Thursday, 5 August 2010

Such are the meals of our lives...

Muzbot and Adaptive Radiation have recorded their lives in ten dishes, each assembling an impressive array of diverse dishes.

Thinking of something similar for myself I have hit several brick walls.

First, my memory is appalling nowadays and I'm finding it difficult to recall much about what we ate in my childhood but for the fact that it comprised a lot of rice and not too many vegetables. To this day I eat too much rice and insufficient vegetables for my good. I am not of Asian origin; all that rice was simply a reflection of my 'refugees from Europe', financially struggling grandparents/parents attempting to establish themselves in a new and strange country.

Both my parents worked and there was no-one to look after me at home during school holidays so I used to be put on the bus at Kings Cross every weekday of the holidays and would travel to Bondi Junction where I would spend the day with my grandmother before bussing it back home again in the evening.

Those were the days when my grandmother had an ice chest and purchased blocks of ice from the Ice Man who would drive up the suburban streets in his van several times a week. There was no such thing as frozen food then. My grandmother shopped twice every weekday - morning and afternoon - for the fresh food that she would make for that day's meals. This was my school holiday entertainment; accompanying my grandmother on her shopping trips.

Most days she served me a lunch that would horrify my doctor today. The blackest of black bread with a thick spread of chicken fat! I loved it. The chicken fat was what she scooped off from the various chicken dishes and broths she prepared for her and her husband's main evening meal. Every now and then, as a special treat, the bread was spread with jam instead of the fat.

Little did I know in those youthful days that chicken was an expensive meat so in reality her limited means were being spent on what then was luxury food.

My second hurdle, as you might guess from a childhood diet of bread and chicken fat, is that I am in no way a gastronome. I enjoy food from almost anywhere - except for some reason, Japanese seafood - but do not harbour pretentions to gastronomic snobbery.

When the Australian Government posted me to London for three years back in 1974 my parents decided we should mark the occasion by going somewhere special to dinner on the eve of my departure. In fact that was the last thing I wanted to do. I was facing the next three years without a family home cooked meal and so asked whether we could eat at home instead. It was both a loving and selfish request given that my mother, still working full time, would have to come home and prepare this celebratory feast. My mother agreed and said she would prepare whatever I wanted.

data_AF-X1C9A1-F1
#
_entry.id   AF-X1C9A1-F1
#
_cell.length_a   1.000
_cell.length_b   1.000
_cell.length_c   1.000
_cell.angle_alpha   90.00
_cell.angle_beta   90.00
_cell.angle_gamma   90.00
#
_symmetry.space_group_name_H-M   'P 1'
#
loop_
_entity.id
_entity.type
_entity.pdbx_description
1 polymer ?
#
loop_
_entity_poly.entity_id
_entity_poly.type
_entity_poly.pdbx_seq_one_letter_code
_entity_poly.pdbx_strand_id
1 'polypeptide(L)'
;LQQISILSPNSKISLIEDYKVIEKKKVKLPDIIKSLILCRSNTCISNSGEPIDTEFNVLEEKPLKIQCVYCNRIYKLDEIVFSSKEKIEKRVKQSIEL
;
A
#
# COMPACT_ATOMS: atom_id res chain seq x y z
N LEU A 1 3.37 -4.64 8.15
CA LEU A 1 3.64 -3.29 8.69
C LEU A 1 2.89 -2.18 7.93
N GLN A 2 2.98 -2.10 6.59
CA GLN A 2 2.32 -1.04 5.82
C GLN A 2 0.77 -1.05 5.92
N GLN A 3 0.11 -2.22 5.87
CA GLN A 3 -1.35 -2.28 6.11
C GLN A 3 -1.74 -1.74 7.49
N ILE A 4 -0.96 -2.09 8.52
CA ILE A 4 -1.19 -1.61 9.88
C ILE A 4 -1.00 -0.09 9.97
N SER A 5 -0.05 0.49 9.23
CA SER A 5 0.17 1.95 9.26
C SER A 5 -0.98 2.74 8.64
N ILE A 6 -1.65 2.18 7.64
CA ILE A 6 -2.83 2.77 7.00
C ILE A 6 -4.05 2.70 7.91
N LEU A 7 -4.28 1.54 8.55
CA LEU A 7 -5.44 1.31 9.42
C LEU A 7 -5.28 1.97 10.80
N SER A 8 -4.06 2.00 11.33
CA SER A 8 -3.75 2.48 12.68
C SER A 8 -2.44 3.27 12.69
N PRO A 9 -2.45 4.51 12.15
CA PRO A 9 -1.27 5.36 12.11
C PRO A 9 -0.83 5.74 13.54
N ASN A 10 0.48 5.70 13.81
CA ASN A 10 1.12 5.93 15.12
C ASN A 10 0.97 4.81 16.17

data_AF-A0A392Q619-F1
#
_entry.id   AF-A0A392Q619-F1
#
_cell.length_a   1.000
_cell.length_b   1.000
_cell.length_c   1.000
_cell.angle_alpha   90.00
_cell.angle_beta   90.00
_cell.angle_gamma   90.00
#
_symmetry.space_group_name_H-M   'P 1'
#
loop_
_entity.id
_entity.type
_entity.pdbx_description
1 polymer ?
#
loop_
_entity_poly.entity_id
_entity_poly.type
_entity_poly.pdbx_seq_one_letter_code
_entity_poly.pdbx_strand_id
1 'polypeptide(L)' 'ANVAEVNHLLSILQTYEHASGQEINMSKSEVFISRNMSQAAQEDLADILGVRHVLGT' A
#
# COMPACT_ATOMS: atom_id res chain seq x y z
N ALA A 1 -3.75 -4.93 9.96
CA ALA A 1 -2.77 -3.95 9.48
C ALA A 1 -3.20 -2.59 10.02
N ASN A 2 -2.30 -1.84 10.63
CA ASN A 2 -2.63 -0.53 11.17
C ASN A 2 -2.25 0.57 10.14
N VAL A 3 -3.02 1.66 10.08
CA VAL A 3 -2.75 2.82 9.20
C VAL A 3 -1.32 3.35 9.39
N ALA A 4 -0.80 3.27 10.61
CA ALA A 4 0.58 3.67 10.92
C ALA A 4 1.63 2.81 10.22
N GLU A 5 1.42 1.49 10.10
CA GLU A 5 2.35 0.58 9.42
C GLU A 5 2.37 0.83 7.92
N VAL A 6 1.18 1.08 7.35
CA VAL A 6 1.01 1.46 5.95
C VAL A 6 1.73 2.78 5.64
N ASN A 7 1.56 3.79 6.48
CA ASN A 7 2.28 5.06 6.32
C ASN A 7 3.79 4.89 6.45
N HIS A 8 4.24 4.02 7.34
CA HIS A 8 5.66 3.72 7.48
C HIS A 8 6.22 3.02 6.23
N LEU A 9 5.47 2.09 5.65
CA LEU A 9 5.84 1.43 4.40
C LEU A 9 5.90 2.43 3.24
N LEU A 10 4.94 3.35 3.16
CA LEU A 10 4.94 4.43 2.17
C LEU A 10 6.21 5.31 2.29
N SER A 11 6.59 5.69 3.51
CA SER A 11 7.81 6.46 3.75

So what 'last meal' did I ask my mother to prepare? Rissoles and rice smothered in tomato sauce!
So there you have it. My life in two dishes.


  1. It's hard to tell...was your grandmother saving you the best part of the chicken meal or the worst?

    And Victor, c'mon...I should think that a man as widely travelled as yourself should actually find 10 dishes rather restrictive (even with a failing memory).

  2. Ad Rad - I've made my grandmother sound like a Charles Dickens character. In fact she was a very good and loving cook in the traditional Eastern European style.

  3. Surely Pierogi would be in there somewhere Victor? Coming from an Eastern/Northern European family myself that's what my refugee grandparents cooked consistently. I still love eating them to this day! Mmmm, boiled dough stuffed with potatoe and then fried in onion..........

  4. Yes Evol, you are quite right, except that my grandmother and mother made theirs stuffed with minced meat and I loved them.

  5. We had minced meat ones too, but I always liked the potato ones better for some reason!

  6. Am from an immigrant family too, Scottish, we never had rice though, it was all about the potato, and the the rest usually came out of a tin.
    Did you make the rissoles in the picture or are they a google find?

  7. 'Google-roles', Ian.

    Aren't all non-indigenous Australians immigrants?

  8. Ah yes, we are all more migrant that many would admit